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Francis Collins on Faith and Science


Last week, President Obama nominated Francis Collins, a scientist renowned for his work in mapping the human genome, as the new director for the National Institutes of Health. The NIH, headquartered in Bethesda, conducts and supports a vast amount of medical research, much of it groundbreaking. In the coverage of Collins’ nomination, many stories have made note of his past declarations of his Christian religious beliefs, and his conviction that faith is compatible with science, a view shared by many. In the Washington Post today, columnist Michael Gerson discusses the relevance of Collins’ potential move to NIH, and what it means for science, and for evangelical Christianity.


Gerson, a former speechwriter for George W. Bush, describes Collins' view that religious faith and science are separate “ways of knowing," which can co-exist. Scientific knowledge is developed through hypotheses, tests, the collection of evidence and so on. Religious knowledge is “a realm of morality and metaphysics that involves not physical proof but probability based on evidence,” Gerson writes. “For Collins, modern science and Christianity are not competing answers to the same question; they are ways of thinking about two very different sets of questions, both of which should be taken seriously.” Collins in the author of a book, The Language of God: A Scientist Presents Evidence for Belief.

Gerson argues that Collins has the potential to bridge some of the religious and ideological divides that pit scientists against people of faith, unnecessarily.

These questions arise continually in the K-12 sphere, of course, most directly in relation to the teaching of evolution. Some religious conservatives see evolutionary theory as incompatible with their faith, and want to see more discussion of its alleged “weaknesses” in public school science classes. The vast majority of scientists say supposed shortcomings in Darwin's theory are exaggerated, particularly given the enormous weight of evidence supporting evolution. Collins has called evidence for evolution “absolutely incontrovertible." His background as a geneticist gives him some credibility in that department, to say the least.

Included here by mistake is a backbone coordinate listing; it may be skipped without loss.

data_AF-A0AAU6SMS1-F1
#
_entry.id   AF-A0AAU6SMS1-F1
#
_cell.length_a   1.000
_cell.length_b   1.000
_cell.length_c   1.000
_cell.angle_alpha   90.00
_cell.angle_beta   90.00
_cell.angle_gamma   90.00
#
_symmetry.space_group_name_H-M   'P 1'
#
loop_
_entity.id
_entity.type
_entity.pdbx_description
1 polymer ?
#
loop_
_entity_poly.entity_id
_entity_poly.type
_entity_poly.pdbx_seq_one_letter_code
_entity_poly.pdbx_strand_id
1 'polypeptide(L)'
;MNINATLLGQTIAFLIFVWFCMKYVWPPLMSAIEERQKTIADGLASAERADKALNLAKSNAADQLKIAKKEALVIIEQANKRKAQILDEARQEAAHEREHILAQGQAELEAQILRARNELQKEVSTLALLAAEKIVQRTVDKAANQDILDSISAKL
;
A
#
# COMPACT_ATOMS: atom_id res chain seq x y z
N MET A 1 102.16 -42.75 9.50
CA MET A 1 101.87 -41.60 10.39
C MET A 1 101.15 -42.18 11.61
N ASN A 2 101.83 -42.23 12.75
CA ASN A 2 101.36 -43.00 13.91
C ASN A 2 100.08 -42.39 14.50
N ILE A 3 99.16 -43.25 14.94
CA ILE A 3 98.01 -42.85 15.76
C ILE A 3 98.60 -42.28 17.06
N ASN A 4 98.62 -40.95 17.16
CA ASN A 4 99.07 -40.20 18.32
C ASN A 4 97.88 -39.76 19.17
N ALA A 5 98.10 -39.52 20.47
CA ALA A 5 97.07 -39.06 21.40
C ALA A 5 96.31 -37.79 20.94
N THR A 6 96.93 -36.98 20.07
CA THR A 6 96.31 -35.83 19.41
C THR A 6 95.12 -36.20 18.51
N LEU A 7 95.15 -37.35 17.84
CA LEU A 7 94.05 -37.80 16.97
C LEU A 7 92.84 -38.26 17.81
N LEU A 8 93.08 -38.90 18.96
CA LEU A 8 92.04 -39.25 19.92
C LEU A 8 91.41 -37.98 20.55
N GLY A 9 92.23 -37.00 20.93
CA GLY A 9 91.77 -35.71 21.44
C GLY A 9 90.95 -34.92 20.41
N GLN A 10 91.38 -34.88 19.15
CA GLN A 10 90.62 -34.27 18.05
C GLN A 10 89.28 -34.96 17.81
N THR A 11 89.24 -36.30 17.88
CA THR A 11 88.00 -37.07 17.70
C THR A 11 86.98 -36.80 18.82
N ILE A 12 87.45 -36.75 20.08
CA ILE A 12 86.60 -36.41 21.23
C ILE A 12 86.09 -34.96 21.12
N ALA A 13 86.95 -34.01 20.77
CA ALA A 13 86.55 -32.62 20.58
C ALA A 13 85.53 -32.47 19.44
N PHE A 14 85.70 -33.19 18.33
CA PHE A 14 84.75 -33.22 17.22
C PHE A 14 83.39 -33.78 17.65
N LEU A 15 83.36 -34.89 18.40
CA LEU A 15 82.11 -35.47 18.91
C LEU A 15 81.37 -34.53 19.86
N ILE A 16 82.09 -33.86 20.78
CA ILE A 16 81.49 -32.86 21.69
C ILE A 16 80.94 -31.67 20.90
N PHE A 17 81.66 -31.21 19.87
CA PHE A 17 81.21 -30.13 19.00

Assuming that he’s confirmed to lead the NIH, how might Collins, in this new public role, shape the public’s thinking—and that of teachers, parents, and students—on the relationship between faith and science?

Top photo by Douglas C. Pizac/AP. The bottom photo appeared this spring in the magazine GQ, which named Collins one of the magazine's "Rock Stars of Science," as part of a campaign to bring celebrity to science.


This is an area that America has chosen to make far too complicated. Some other Western nations have science classes and religion classes, separate courses with separate purposes. I am sure a "religion class" (not a Christian religion class) would disturb plenty, but it is important for students to know what is out there and make decisions for themselves, both in terms of faith and in terms of science. Of course, the way one makes decisions in these two areas is quite different; one is only about feelings, while the other is about testing. They'll never mesh 100%, and, honestly, they don't have to.

We'll never create well-rounded individuals if we keep trying to put these two very different subjects in the same classroom or, for that matter, trying to act like religion doesn't exist outside of its centers of faith. It's the equivalent of putting math and English in the same one hour block or taking away English entirely. Yes, it could be done, but the results wouldn't be good. Children would be confused and in the end come out with little to no knowledge of either topic.

Unfortunately, this seems to be one of those subjects that many people are "all or nothing" about.

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